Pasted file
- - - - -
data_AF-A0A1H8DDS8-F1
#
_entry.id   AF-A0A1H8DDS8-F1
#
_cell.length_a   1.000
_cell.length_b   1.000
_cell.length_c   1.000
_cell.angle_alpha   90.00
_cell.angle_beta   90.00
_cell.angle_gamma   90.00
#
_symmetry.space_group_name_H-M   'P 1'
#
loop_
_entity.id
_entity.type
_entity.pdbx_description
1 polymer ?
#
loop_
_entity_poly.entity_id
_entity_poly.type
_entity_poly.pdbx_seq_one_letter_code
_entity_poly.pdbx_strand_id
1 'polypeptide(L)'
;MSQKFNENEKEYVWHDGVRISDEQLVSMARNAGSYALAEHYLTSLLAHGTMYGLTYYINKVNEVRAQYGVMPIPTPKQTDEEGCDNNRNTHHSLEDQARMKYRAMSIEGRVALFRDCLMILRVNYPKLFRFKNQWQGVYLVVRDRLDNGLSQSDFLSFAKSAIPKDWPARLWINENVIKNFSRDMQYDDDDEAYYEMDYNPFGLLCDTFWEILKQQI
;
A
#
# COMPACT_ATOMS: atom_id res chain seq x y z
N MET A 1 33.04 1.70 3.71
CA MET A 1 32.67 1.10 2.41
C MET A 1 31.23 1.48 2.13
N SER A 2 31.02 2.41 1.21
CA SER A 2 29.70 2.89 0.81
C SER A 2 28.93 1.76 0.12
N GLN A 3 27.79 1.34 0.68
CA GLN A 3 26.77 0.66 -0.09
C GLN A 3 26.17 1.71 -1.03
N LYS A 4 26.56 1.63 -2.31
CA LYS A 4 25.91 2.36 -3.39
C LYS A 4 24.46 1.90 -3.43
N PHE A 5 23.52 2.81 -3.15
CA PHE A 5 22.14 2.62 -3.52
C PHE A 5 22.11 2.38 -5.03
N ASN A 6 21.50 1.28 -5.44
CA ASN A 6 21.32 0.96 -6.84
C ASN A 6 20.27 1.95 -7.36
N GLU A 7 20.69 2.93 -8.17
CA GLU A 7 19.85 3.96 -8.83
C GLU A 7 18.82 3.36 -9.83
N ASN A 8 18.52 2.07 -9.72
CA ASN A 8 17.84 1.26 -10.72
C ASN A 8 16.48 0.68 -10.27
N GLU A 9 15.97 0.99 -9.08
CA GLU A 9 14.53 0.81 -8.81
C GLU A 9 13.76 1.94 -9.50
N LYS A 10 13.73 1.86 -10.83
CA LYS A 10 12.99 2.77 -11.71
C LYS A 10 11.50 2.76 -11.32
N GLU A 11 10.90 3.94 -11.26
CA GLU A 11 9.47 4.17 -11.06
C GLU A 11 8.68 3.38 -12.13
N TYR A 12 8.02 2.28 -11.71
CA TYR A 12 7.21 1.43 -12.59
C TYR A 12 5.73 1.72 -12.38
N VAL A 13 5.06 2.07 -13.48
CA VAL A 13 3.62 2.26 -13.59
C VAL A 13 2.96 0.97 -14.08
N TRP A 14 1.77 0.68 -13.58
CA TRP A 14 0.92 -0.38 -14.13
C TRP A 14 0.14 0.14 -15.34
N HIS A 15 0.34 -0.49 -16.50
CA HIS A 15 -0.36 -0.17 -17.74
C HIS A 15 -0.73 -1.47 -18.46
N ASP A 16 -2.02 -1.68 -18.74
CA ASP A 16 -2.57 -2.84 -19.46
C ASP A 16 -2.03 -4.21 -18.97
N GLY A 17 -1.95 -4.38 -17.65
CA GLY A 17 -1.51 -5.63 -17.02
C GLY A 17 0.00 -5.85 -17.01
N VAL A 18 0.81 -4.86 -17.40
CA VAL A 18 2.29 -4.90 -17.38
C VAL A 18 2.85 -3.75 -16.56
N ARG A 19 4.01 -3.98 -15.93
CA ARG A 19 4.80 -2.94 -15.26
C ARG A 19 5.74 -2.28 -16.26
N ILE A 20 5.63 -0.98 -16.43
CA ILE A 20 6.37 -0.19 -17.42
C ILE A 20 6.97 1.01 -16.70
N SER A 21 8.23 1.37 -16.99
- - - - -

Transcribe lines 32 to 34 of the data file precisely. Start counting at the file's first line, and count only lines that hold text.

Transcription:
CA MET A 1 32.67 1.10 2.41
C MET A 1 31.23 1.48 2.13
N SER A 2 31.02 2.41 1.21